A child adds his goal to a chart.

While children are writing with elaboration and craft, you may find that their eyes slip away from the important work of keeping their writing readable. That makes sense: its like trying to juggle when riding a bike, it is hard to do! So we suggest giving children time to focus purely on conventions for a period of time every day.  You could call it a “Mechanics Minute” and have children reread to fix up something specific: punctuation, spelling, sight words, etc. while a timer counts down for five minutes. You can use your editing charts to help children focus on one thing during this “mechanics minute” ensuring that children have the strategies they need to be successful.

Whatever the goals you have for your upcoming non-fiction writing unit, we think it’s helpful to keep in mind:

  • Your goals dictate your charts
  • Help children make connections to what they already know
  • Immerse children in the upcoming genre and record what they know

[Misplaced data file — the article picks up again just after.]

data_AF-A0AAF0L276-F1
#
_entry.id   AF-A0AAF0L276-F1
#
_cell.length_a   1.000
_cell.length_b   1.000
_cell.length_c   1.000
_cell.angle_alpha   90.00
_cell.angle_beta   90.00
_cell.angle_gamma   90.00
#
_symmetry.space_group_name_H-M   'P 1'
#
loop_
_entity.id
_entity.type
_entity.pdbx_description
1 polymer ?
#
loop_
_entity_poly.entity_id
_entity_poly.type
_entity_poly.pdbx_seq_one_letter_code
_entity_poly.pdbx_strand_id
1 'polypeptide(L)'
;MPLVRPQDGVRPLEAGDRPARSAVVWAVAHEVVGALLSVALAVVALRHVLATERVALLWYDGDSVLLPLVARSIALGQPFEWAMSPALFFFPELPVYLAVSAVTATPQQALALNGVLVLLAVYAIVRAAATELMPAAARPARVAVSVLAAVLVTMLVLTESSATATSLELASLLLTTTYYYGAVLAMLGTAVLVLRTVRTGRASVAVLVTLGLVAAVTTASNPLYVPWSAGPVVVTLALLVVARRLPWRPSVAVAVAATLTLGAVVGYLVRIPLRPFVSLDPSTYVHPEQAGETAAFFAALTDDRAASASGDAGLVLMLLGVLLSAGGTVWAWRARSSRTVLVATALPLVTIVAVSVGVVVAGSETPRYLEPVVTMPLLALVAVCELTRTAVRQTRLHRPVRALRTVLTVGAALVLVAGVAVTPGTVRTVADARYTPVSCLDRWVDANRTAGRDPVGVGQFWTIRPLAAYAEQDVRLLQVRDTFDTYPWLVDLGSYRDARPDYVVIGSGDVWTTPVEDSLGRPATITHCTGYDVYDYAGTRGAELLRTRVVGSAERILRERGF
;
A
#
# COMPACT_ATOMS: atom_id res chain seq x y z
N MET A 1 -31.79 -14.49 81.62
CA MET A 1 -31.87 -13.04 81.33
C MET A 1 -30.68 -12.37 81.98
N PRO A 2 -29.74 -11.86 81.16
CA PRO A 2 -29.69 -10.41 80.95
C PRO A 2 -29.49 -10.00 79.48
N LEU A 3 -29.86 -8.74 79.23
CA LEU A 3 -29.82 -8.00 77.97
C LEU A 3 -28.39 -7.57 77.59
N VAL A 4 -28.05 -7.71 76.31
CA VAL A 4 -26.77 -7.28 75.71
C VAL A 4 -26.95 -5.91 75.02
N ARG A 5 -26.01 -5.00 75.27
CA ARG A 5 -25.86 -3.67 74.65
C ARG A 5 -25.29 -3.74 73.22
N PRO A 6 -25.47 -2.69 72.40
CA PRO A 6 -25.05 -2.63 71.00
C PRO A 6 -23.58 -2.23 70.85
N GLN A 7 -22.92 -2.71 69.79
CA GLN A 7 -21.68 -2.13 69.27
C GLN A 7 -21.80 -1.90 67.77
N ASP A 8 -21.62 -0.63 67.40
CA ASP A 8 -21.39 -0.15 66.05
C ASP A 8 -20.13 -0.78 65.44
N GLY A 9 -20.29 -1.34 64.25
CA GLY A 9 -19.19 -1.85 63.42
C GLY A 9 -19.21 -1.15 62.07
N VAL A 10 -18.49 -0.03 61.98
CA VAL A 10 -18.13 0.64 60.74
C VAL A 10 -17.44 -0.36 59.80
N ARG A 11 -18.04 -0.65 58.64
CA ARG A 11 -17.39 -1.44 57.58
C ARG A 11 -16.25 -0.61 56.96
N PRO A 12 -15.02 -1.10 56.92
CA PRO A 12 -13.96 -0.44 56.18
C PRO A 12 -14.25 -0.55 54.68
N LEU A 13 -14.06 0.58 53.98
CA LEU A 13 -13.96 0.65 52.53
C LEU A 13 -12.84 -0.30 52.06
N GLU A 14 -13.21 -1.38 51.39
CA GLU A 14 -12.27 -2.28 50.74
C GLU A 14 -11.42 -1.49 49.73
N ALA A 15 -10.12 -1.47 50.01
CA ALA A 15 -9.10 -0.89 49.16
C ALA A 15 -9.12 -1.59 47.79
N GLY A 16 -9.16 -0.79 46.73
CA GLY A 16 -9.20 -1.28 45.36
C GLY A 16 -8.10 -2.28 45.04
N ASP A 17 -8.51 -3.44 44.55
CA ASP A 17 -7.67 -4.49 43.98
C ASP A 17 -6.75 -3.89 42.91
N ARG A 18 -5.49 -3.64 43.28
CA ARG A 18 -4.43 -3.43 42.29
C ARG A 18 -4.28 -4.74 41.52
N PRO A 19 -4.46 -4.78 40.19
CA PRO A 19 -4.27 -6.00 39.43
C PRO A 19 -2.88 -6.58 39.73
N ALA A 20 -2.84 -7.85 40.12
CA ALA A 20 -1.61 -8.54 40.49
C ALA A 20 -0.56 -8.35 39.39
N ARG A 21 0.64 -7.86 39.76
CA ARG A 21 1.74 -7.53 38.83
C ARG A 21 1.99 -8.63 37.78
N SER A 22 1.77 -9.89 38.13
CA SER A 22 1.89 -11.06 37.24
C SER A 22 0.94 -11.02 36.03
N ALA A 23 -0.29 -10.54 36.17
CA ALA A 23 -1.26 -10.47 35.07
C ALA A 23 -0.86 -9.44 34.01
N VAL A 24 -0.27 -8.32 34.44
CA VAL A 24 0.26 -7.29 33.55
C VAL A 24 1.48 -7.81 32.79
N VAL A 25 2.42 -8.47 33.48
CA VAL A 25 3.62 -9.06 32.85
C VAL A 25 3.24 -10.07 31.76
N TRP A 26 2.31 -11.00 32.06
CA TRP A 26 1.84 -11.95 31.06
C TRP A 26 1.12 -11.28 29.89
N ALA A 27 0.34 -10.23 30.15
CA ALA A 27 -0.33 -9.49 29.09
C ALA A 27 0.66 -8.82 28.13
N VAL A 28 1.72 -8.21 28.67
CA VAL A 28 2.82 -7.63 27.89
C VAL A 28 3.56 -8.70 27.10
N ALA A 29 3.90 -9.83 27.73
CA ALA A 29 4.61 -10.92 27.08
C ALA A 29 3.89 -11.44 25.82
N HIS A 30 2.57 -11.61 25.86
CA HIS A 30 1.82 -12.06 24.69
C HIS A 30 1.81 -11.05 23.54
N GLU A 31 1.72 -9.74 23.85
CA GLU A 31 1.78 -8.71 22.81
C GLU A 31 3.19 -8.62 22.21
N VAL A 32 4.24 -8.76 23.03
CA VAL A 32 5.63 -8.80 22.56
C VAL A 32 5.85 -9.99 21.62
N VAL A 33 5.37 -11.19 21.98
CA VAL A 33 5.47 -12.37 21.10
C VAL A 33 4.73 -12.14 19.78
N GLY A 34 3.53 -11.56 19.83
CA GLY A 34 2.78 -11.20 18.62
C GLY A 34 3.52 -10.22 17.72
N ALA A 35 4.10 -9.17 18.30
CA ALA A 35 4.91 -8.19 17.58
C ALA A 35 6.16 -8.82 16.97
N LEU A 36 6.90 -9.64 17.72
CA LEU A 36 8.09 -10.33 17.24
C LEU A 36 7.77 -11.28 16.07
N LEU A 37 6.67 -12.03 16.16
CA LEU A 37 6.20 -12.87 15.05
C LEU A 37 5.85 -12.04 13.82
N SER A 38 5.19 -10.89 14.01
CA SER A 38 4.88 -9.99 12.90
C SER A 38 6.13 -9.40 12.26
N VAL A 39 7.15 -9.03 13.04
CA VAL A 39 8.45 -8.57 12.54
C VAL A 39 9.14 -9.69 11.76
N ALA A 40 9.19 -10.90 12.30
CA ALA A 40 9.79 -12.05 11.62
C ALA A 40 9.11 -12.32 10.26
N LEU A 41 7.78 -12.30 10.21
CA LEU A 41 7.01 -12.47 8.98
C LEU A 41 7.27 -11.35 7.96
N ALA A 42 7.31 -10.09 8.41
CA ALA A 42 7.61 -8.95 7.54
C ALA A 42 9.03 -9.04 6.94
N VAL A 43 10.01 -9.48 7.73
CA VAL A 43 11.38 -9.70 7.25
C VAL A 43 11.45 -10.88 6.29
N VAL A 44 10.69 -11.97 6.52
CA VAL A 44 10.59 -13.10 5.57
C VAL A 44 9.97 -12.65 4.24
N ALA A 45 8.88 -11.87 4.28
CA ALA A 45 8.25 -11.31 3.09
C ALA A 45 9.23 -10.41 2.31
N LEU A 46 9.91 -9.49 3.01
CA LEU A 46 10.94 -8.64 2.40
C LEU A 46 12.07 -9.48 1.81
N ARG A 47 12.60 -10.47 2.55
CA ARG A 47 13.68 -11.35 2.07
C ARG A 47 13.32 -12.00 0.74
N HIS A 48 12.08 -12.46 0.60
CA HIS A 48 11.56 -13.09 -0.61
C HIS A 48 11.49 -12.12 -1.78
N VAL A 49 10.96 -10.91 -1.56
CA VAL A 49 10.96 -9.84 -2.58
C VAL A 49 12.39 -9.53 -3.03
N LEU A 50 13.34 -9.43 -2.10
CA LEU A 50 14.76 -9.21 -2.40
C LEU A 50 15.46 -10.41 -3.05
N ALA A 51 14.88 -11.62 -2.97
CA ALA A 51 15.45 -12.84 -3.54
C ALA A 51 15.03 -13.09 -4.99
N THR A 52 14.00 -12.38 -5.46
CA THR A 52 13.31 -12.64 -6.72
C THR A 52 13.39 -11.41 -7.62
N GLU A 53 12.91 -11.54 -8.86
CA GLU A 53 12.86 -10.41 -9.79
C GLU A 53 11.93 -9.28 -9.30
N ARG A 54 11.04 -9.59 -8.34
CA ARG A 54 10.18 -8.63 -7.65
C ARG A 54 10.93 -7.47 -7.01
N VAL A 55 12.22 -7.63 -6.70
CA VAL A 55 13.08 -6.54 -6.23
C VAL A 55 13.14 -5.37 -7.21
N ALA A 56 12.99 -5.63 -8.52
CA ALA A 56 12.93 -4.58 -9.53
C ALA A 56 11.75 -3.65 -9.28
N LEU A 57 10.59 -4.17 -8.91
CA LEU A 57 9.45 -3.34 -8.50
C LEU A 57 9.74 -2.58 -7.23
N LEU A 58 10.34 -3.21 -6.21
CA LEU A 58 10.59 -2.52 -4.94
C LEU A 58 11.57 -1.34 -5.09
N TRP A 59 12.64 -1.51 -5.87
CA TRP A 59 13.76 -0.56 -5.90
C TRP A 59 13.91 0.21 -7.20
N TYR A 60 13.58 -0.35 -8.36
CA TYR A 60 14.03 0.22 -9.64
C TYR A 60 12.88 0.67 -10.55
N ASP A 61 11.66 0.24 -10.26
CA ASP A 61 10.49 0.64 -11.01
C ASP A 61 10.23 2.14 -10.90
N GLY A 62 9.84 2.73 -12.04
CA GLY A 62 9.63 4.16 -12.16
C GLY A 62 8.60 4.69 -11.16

• Frequently revisit the charts you make to set goals, revise writing, or do focused work (like a mechanics minute)

Stop by and see us at, or check out our book Smarter Charts (Heinemann), for more useful, up-to-date charting suggestions and solutions!

Until next time, Happy Charting!
Kristi Mraz and Marjorie Martinelli

A NOTE FROM STACEY: Please leave a comment here for Kristi & Marjorie about their guest blog post.  All comments left on this post, as well as yesterday’s post about Smarter Charts, will be entered into the drawing for a free copy of Kristi and Marjorie’s book.

22 thoughts on “Information Charts: A Guest Blog Post by Kristi Mraz and Marjorie Martinelli Leave a comment

  1. Stellar advice – “don’t start [a new unit] just by talking about what is new or different. Start with what is the same.”
    (And I’m already a proud Smarter Charts owner, so I can pass on the sweepstakes entry. My copied is pretty well-loved).


  2. I found Smarter Charts this summer, and I have used the wealth of strategies inside to completely change the way I develop and use anchor charts in my classroom. In the short time since school began in August, my first graders have come to expect explicit, detail steps and a way to record their responses or progress on the charts we make. The girls even give drawing lessons for those of us who need them! :0)


  3. Amazing post! I will definitely share the “mechanics minute” with the teachers at my school. Thank you for being a wonderful resource and inspiration!